Thursday, March 15, 2007

Building Consensus

Reading through the Defense Department's just released report to Congress on security and reconstruction developments in Iraq, a couple things struck me as worth mentioning. First, the "four war" approach to analysing the conflict first articulated by Robert Gates in January is now the party line. So:

  • The conflict in the north is characterized by sectarian tensions, insurgents and extremist attacks, and competition among ethnic groups (Kurd, Arab, Turkomen) for political and economic dominance, including control of the oilfields centered around Kirkuk...
  • Violence in Anbar is characterized by Sunni insurgents and AQI attacks against Coalition forces. AQI and affiliated Sunni extremists are attempting to intimidate the local population into supporting the creation of an Islamic state...
  • Violence in Baghdad, Diyala, and Balad is characterized by sectarian competition for power and influence between AQI and JAM, principally through murders, executions, and high-profile bombings...
  • The conflict in the southern provinces is characterized by tribal rivalry; factional violence among the Supreme Council for the Islamic Revolution in Iraq (SCIRI)/Badr Organization, the Office of the Martyr Sadr/JAM, and smaller militias for political power; and attacks on Coalition forces...

As Philip Carter made clear in Slate last month, while this analysis helps explain a wide range of otherwise stubborn anomalies (such as how it is that "...we [are] making tangible progress in developing Iraq's security forces, government, and economy, yet the overall security situation [is] worsening..."), it is not an encouraging sign for our chances of success over there.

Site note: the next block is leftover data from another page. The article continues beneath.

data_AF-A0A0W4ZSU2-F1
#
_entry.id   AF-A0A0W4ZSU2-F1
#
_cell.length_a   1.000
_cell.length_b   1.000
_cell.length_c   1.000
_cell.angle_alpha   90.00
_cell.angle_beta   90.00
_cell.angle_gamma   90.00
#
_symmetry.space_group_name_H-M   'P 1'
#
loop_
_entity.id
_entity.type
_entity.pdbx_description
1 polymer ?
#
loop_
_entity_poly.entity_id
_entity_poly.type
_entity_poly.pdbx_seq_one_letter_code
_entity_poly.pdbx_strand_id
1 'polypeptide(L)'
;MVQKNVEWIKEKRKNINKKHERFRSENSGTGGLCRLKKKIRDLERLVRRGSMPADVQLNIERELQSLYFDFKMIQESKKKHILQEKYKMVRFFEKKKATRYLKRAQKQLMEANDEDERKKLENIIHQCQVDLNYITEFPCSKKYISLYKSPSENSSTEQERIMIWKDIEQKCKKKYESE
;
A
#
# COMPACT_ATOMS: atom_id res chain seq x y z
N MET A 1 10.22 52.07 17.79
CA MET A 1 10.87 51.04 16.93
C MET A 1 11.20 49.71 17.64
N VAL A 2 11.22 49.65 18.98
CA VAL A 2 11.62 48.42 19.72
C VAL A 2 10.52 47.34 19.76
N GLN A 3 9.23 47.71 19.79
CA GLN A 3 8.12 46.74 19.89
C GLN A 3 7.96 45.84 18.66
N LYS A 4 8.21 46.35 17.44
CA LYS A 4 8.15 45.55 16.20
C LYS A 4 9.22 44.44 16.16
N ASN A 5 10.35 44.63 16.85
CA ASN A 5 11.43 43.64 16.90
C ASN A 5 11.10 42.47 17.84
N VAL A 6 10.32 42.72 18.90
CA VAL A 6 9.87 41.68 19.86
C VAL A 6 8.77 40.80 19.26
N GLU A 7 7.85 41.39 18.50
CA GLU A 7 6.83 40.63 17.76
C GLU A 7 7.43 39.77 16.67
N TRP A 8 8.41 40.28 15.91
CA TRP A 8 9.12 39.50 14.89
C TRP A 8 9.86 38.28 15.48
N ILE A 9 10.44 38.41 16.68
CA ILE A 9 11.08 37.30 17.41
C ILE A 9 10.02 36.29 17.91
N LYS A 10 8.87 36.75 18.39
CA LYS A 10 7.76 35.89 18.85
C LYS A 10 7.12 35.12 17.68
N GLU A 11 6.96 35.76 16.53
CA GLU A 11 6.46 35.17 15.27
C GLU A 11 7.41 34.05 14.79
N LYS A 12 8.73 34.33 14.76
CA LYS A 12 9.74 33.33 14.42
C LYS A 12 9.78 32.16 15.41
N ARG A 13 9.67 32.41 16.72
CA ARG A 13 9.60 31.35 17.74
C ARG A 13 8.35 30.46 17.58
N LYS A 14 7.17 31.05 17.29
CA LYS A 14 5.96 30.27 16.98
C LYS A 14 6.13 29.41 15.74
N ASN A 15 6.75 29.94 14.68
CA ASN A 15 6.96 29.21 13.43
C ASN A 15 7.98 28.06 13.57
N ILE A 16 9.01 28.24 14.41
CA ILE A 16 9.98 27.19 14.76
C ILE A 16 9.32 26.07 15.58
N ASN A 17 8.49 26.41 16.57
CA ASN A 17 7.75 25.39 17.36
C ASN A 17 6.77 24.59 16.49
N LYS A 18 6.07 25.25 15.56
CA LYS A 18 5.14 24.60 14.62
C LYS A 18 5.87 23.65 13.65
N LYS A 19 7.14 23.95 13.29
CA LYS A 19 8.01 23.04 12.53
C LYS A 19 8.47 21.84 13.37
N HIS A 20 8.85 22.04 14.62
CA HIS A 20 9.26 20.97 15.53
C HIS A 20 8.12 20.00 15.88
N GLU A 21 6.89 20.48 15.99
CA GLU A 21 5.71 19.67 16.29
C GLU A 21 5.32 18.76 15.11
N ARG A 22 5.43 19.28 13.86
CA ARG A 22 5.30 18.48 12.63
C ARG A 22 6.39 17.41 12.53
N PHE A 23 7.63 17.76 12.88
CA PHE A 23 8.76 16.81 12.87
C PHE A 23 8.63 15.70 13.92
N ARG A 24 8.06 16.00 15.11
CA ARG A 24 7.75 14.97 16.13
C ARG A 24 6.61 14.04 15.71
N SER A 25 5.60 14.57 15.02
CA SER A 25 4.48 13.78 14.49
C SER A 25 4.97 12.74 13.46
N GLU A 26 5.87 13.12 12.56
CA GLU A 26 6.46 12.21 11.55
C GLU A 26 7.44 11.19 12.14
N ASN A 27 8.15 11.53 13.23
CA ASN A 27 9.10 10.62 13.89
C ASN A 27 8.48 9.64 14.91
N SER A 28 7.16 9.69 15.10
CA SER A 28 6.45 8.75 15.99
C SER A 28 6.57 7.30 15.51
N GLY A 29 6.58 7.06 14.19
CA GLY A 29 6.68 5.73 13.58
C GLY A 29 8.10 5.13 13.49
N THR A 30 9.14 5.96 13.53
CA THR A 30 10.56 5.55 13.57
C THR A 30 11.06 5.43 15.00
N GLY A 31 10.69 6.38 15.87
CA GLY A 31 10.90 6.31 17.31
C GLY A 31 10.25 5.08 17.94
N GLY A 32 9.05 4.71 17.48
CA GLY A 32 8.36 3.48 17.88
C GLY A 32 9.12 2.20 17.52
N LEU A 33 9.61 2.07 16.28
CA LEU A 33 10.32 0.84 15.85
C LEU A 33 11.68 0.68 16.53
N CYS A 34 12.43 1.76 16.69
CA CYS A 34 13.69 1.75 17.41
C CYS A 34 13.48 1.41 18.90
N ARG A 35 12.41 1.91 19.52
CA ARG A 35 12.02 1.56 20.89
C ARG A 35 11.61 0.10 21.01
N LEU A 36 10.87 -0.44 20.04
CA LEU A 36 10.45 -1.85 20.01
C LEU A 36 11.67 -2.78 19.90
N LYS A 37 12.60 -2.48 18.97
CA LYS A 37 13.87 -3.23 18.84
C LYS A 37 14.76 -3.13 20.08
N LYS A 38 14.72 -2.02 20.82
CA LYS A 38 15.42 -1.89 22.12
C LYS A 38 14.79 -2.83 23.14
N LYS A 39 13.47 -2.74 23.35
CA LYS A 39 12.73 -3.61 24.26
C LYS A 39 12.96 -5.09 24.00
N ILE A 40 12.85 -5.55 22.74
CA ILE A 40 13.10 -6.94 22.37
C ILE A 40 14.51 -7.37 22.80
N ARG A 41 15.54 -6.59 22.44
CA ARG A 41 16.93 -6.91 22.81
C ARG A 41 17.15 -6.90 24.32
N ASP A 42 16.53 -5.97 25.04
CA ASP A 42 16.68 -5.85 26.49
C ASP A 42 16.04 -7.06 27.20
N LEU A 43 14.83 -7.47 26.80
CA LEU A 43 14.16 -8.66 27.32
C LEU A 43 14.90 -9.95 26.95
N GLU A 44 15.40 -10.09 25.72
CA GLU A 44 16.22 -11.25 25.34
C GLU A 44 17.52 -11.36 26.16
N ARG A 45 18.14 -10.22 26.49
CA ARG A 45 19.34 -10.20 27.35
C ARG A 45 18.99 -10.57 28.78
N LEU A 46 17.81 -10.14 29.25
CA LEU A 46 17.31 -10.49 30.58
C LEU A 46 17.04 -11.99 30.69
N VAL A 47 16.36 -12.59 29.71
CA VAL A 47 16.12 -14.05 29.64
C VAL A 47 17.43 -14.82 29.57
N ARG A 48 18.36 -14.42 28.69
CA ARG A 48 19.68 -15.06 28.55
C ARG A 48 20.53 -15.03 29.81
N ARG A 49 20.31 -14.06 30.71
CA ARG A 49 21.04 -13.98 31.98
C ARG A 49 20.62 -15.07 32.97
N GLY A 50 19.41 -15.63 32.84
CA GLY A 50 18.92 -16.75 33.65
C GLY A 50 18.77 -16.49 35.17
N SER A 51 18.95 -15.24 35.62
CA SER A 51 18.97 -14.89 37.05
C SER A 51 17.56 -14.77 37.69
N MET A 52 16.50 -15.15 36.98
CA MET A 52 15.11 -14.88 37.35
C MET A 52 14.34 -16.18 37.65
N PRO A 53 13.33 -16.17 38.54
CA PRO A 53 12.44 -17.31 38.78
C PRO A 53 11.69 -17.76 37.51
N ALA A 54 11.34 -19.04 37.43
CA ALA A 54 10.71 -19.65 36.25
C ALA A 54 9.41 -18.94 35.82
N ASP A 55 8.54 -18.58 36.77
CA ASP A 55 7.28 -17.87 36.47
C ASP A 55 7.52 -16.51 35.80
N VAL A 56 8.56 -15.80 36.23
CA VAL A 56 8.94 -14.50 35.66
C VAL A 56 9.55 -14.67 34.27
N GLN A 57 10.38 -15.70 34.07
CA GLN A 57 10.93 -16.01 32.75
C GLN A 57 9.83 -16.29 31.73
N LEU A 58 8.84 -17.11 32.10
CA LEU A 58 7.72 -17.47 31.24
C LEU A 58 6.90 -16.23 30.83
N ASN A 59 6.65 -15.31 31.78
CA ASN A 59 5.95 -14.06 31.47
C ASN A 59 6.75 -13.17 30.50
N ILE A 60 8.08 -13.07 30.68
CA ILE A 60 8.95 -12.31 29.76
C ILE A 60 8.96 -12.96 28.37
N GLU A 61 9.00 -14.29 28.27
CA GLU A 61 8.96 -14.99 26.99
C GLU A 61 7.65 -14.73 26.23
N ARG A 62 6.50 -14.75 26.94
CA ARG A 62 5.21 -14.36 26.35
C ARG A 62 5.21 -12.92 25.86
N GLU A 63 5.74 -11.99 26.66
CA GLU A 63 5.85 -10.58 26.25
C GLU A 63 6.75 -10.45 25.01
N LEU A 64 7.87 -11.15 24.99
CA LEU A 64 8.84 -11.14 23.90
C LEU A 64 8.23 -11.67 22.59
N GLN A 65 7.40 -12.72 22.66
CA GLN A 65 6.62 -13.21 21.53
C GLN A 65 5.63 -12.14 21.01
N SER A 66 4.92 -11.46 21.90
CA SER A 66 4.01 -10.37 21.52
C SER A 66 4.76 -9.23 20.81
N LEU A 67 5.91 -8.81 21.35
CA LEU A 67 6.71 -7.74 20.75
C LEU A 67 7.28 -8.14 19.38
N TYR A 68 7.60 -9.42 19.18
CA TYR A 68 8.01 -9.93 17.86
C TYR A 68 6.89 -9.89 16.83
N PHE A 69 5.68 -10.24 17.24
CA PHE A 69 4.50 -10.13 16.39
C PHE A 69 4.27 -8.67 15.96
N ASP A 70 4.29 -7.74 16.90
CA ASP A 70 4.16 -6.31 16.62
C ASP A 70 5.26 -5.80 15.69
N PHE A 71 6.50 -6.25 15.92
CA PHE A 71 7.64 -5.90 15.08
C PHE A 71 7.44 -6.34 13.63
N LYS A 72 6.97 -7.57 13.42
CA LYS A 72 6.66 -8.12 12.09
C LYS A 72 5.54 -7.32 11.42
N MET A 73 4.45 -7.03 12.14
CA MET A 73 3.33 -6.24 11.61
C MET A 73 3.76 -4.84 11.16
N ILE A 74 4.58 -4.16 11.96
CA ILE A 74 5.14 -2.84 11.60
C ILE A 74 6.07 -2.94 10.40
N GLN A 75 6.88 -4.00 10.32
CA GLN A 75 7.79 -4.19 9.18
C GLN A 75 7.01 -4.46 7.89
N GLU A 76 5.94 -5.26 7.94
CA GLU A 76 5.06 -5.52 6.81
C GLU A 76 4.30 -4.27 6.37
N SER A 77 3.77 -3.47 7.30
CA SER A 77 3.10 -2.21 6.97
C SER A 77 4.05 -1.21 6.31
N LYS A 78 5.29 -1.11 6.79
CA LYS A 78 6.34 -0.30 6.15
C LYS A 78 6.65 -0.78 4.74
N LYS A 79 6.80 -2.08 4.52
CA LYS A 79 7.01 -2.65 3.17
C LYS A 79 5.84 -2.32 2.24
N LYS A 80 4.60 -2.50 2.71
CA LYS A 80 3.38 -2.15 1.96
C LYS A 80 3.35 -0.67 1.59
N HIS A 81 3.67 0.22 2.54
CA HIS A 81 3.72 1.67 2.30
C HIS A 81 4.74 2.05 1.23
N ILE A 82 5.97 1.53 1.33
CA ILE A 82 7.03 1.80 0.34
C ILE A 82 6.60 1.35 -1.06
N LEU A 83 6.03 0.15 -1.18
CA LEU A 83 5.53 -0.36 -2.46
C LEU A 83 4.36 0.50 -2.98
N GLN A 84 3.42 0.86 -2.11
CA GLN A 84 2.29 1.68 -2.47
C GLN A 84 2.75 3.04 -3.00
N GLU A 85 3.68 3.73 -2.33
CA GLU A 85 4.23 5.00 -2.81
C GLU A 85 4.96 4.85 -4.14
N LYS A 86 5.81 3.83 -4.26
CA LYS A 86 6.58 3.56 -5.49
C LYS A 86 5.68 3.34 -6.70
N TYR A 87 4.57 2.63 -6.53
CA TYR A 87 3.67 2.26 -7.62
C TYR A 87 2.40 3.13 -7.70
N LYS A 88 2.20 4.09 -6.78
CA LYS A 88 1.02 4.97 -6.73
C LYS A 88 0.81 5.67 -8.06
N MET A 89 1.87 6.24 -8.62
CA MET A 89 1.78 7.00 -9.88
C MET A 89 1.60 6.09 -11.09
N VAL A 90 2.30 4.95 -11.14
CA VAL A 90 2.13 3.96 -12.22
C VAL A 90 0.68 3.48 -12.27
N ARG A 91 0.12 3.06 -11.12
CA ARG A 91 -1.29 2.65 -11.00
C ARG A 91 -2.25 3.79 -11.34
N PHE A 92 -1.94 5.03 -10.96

But what really caught my eye was this handy little table (AQI = Al Qaeda Iraq, JAM = Jaysh al Mahdi):

Goals of Key Destabilizing Elements in Iraq



Sunni Insurgents

  • Expel U.S. and Coalition forces from Iraq
  • Topple the “unity” government
  • Re-establish Sunni governance in Anbar and Diyala


  • Force Coalition forces withdrawal
  • Gain territory to export conflict
  • Provoke clash between Islam and others
  • Establish caliphate with Shari’a governance


  • Force Coalition forces withdrawal
  • Consolidate control over Baghdad and the GOI
  • Exert control over security institutions
  • Implement Shari’a governance

All emphasis is my own. But while it should come as no surprise that our armed adversaries in Iraq would be happy to see us leave, it's worth recalling that this correlates pretty strongly with the last public opinion polling in Iraq, from September 2006, which found that 71% of the population wanted American forces to leave within a year.

But wait, there's more. Because it turns out that this also happens to be the preference of roughly 60% of Americans. So the real question right now is, Given that all the interested parties want American forces to withdraw, how is it that what's instead taking place is a prolonged escalation of our military presence?

Posted by Judah in:  Foreign Policy   Iraq   

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